What's all this then?

I tweet too much. So I needed somewhere else to start storing all the words. This is it. Think of it as the external hard drive for my thoughts.

I don't have an obesssion, a dream, a fixation or a hook, so don't be expecting a focus here. It's like great big lumps of my twitterings. You may see teaching stuff, rants, maternal anxiety and occasional sojourns away from reality.

Anyway, I like a nice chat so we should talk. By we, I of course mean me...

Monday, 16 May 2011

Yes Sir, we have no bananas today.

Dear Reader,

I feel I have let you down. As a Sex Ed teacher I can only apologise for my inadequacies. It’s time to confess.

I am sorry to say that I have never put a condom on a banana.

Worse than that, I have never taught a primary aged child to put a condom on anything. Nor have I taught them about sexual positions, or taught a “gay agenda” or encouraged any of them to go on the pill.

To be honest, I’ve never taught Sex Ed in school.

What I’ve taught primary school children is Sex and Relationships Education (SRE), which is heavy on the relationships.  And I am thoroughly fed up of hysteria in the media about what children are taught in SRE, especially as Nadine Dorries seems to have taken on Peter Hitchens traditional role of blaming sex ed for everything from teenage pregnancies to child abuse.  Usually I ignore Dorries, because as far as I’m concerned she may as well be sitting under a bridge waiting for the Billy Goats Gruff to come along for all the use her opinions are.  She is either woefully or deliberately misinformed about SRE and seems to have no issues with misinforming everyone else via her inaccurately named Sex Ed Bill.

I don’t want to talk about her, I want to lay down a few facts about how SRE is taught in Primary Schools, just so they’re out there. This is how it really is.
  • SRE features in Science where children are taught that they grow and change from babies to adults. They learn that all living things reproduce. As they reach the end of Key Stage 2 they learn how their bodies will change in puberty, and how to take care of their bodies, with a heavy emphasis on the importance of deodorant. They will learn about external and internal sex organs. They may learn the physicality of sexual intercourse in Year 6. They may not if the co-hort doesn’t seem ready or it isn’t part of the school’s individual plan.

And that’s it for sex. Not exactly scandalous is it? No orgasm tips and no amusingly shaped vegetables.

The rest of SRE is pure R. It’s covered in Personal Social Health Education (PSHE) and it’s all about Relationships.  As children move through primary school they will learn about:
  • Their feelings and how others feel
  • How to make friends
  • How to solve friendship disputes and talk about worries
  • How to ask for help, find support and talk to adults and friends in a range of settings
  • Evaluating risks and make sensible decisions to manage risks in their lives
  • How to make choices based on their own preferences, and how to manage peer pressure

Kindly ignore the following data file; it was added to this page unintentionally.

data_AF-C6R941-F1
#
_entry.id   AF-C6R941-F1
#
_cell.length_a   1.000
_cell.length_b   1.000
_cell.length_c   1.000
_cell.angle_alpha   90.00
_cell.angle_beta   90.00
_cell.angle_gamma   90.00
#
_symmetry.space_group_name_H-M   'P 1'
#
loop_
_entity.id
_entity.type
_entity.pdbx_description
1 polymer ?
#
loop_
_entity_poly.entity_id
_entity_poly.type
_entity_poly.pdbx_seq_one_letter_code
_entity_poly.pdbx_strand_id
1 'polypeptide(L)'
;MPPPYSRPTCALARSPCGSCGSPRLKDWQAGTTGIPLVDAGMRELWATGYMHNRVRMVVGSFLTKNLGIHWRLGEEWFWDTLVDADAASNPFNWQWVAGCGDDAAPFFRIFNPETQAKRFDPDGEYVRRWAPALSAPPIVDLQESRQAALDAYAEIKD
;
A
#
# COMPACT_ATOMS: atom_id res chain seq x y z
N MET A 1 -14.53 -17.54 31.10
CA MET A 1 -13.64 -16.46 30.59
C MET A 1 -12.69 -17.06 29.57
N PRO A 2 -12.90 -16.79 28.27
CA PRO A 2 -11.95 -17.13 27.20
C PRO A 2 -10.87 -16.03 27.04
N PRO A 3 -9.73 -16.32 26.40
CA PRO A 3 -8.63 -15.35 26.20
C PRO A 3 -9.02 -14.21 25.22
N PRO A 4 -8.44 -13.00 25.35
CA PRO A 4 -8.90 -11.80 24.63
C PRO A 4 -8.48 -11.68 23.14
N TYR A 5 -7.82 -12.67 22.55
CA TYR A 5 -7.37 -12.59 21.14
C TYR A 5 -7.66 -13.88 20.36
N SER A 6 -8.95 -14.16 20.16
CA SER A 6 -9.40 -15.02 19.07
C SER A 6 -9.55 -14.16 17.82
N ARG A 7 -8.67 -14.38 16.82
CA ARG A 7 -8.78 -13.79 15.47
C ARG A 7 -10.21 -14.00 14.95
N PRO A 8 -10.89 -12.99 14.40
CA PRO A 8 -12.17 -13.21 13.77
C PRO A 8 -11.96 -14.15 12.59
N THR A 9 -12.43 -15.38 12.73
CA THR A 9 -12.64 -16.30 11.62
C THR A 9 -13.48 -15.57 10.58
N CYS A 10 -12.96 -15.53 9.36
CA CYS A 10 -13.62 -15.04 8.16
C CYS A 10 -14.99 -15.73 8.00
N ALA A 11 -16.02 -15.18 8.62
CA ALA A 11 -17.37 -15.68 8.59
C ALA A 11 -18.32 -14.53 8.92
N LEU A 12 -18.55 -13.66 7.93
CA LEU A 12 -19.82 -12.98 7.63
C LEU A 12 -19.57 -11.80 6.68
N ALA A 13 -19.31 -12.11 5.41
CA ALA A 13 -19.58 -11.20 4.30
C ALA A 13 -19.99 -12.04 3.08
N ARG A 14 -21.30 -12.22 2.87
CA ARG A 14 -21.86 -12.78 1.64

• The difference between aggressive, passive and assertive behaviour and developing techniques to handle difficult social situations.
  • Some social skills work to prepare them for the reality of Secondary school.

None of this social teaching specifically addresses issues around sexual relationships, but it isn’t hard to see how it could all be applied to managing sexual relationships later on. Children are taught to value and look after their body and understand the importance of assertiveness in friendships. They are taught to look out for potential risks, and risks to others, and to develop skills of seeking help when they need it.

All of these skills not only help young people to develop healthy sexual relationships, but they might actually prove helpful to a child trying to cope with the horrendous reality of abuse, sexual or otherwise. They can’t prevent sexual abuse of children, because the responsibility for that never, ever lies with the child. Whether SRE can really help at all to support abused children is not something I feel confident enough to commit to. What I can say, with absolute confidence, is that “teaching girls to say no” and suggesting teenagers abstain from sex should not under any circumstances be promoted as a way to prevent adults abusing children. Which is a link Dorries made today. No-one who makes such an association should have any say in determining how children are educated about Sex and Relationships in school. Additionally, the worrying emphasis on girls taking responsibility for managing the sexual side of their partnerships should be so obviously dangerous and stupid that I'm not going into it here.

As a teacher, I sincerely hope that Dorries’ opinions do not mark the start in turning the clock back in another aspect of Education, there’s quite enough of that from Gove. This country is making good headway in reducing teenage pregnancies and we’re starting to tackle the more pervasive issue of STI increase. And while there are these needs and while there is still a significant proportion of girls who are left in the Victorian terror of not knowing what a period is when they start bleeding for the first time, we really can’t let SRE slip.

That’s why we can’t let media hysteria hold sway. That’s why I wrote down some facts. That’s why I’m glad you read them. I think they’re important. I’ll leave Dorries and her damaging ideas to others. Just as long as you know what is actually being taught and don’t believe the absurdities she’s spouting, I’m happy. And know this: the only reason I’ll be taking a banana to school is for my lunch.

Monday, 9 May 2011

Life in Harper Valley